PRTG Network Monitor saves Doosan $30,000
PRTG Network Monitor saves Doosan $30,000, helps global company keep North American data centers up and running
One of the largest and most diversified companies on the planet, Doosan Group is perhaps best known for its recognized brands in the construction and heavy infrastructure industries, including Bobcat and Ingersoll-Rand. But, with more than three dozen separate operating business units and more than 38,000 employees, the Doosan footprint includes work in the publishing, securities, power generation and even livestock and feed industries.
As the company's total IT service provider, Doosan Information & Communications drives the company's global growth through a broad range of optimized IT solutions to meet Doosan's worldwide demand for superior technology and innovation to satisfy its customers' expectations. In North America, Doosan I&C operates three large data centers in Bismarck, ND, Piscataway, NJ and Dallas, TX, to service its nearly 30 operational locations in the U.S. and Canada.
Striving for 'Five Nines'
Plagued by the typical unexpected and problematic network outages, glitches and other every-day IT issues, data center manager Martin Knoll began investigating network monitoring solutions that might help his team ensure the optimum uptime, reliability in service and availability that today's 24/7 business operations require.
"As the systems managers, we have to hit five-nines (99.999% uptime), but we didn't have anything that allowed us to be proactive rather than reactive to ensure this high level of service," Knoll said. "We had Dell Open Manage to alert us if we threw a disc or had RAID card problems, but nothing that offered a pre-emptive view to help stop a failure. We didn't know there was a problem until the phone calls started coming in. And, we had no way to gauge performance metrics over time."
As he began to investigate options, Knoll looked at both Ipswitch's WhatsUp Gold and the SolarWinds suite of network management products. While both seemed to offer the solution he needed, they did so at a considerable price. "We were prepared to commit the 50 or 75 grand either of these would have cost us in order to get the network visibility we needed." Fortunately, they didn't have to.
Superior solution at a fraction of the cost
At the recommendation of Ron Leon, sales consultant at SHI, one of the largest IT solution providers in the U.S., Martin looked at Paessler's PRTG Network Monitor. PRTG not only offered a broader spectrum of monitoring tools and more user-friendly graphical interface, but it did so at a fraction of the price of the competitors' tools.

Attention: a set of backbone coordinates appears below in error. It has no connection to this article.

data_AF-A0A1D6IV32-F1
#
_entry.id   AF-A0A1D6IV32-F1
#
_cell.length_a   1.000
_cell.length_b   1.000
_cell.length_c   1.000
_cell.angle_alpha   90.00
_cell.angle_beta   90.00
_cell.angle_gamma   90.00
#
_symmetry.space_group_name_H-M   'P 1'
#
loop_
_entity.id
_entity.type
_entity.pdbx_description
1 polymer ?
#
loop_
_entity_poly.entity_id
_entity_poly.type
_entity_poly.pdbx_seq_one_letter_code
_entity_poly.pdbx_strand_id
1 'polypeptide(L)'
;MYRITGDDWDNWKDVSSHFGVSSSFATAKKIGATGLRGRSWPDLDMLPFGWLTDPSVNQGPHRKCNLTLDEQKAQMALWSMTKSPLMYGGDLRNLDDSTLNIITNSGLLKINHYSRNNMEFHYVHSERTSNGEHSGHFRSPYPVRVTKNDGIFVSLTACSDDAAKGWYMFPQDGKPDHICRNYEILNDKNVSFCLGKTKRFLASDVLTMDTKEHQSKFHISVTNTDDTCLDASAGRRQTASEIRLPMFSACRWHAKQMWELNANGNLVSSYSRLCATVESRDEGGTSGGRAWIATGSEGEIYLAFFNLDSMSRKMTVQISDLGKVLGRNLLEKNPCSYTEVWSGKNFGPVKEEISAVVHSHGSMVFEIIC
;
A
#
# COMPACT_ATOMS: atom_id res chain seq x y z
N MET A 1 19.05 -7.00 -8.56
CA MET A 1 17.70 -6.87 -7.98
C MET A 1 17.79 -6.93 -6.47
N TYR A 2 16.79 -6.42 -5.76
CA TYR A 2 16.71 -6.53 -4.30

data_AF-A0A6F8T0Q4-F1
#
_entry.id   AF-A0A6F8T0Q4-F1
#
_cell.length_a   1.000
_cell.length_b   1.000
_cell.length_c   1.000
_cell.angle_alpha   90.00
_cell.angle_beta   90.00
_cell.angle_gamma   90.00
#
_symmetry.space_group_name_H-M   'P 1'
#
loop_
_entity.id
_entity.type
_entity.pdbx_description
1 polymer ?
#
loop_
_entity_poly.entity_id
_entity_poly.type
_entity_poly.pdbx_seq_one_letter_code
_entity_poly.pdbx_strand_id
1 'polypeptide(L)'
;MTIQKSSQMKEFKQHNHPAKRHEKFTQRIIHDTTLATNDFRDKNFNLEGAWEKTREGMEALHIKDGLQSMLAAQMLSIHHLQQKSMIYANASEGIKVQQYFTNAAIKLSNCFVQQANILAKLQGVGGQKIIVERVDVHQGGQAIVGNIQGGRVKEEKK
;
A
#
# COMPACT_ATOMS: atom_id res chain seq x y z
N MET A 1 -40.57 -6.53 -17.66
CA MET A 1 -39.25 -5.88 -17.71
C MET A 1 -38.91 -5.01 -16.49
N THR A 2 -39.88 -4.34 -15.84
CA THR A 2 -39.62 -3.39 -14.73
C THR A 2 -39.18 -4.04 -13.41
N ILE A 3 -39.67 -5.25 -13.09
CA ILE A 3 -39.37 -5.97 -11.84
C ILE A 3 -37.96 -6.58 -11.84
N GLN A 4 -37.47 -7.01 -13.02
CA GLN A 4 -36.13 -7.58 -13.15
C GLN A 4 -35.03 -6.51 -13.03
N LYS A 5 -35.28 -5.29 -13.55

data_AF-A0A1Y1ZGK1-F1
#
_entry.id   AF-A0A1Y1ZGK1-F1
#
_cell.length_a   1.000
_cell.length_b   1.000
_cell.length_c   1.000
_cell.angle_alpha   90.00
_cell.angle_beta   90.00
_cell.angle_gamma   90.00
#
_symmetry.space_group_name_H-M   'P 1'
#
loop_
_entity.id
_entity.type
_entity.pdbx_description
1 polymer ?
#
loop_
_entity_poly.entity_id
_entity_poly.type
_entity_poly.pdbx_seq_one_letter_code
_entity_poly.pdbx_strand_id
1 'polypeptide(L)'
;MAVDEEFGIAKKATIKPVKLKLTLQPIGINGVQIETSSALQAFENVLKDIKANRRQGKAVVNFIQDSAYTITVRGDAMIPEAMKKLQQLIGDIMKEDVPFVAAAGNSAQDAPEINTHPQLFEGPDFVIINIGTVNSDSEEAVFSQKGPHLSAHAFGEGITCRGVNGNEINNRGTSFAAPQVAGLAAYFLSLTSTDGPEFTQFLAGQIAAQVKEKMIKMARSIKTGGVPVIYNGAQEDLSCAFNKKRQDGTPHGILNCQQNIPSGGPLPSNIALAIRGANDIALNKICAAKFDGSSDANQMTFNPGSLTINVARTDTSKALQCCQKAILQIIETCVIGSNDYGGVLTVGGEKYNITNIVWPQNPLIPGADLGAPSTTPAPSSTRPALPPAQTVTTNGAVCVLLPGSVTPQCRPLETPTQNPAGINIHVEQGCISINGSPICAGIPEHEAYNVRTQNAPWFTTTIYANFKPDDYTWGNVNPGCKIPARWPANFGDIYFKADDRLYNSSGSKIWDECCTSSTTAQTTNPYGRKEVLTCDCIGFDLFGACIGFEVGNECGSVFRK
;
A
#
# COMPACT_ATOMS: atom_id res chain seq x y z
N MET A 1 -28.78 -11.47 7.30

"SHI said PRTG could do it better and at a lower price point, and I was actually a little skeptical because it was so much cheaper," Knoll admitted. "We purchased an Unlimited PRTG license at about 25 percent of the other two, saving us about $30,000, which we were able to spend on a much-needed VMware upgrade."
The initial installation of PRTG was quick and easy. Knoll spent the first week getting the system set up at his home datacenter in Bismarck, ND, configuring PRTG to gather data from Windows, Linux, Solaris and VMware components. Using PRTG's auto-discovery feature, building the monitoring map was a matter of simply selecting those elements to be included in the reporting.
Instant visibility to network-wide data, granular detail
As he delved further into the system, customizing its layout and provisioning sensors, he was immediately impressed by the granularity of the PRTG user interface and the ability to see a graphical representation of the entire network map, as well as drill down to get detailed information and reports on each component.
As the data flowed in, Knoll shared the information with his superiors, who were also impressed with what they saw. He immediately began to roll out the system to other remote sites. Working with the local contact at each site, Knoll configured each remote probe, picked the network components required and configured customized reports and alerts to ping staff members when a problem is detected.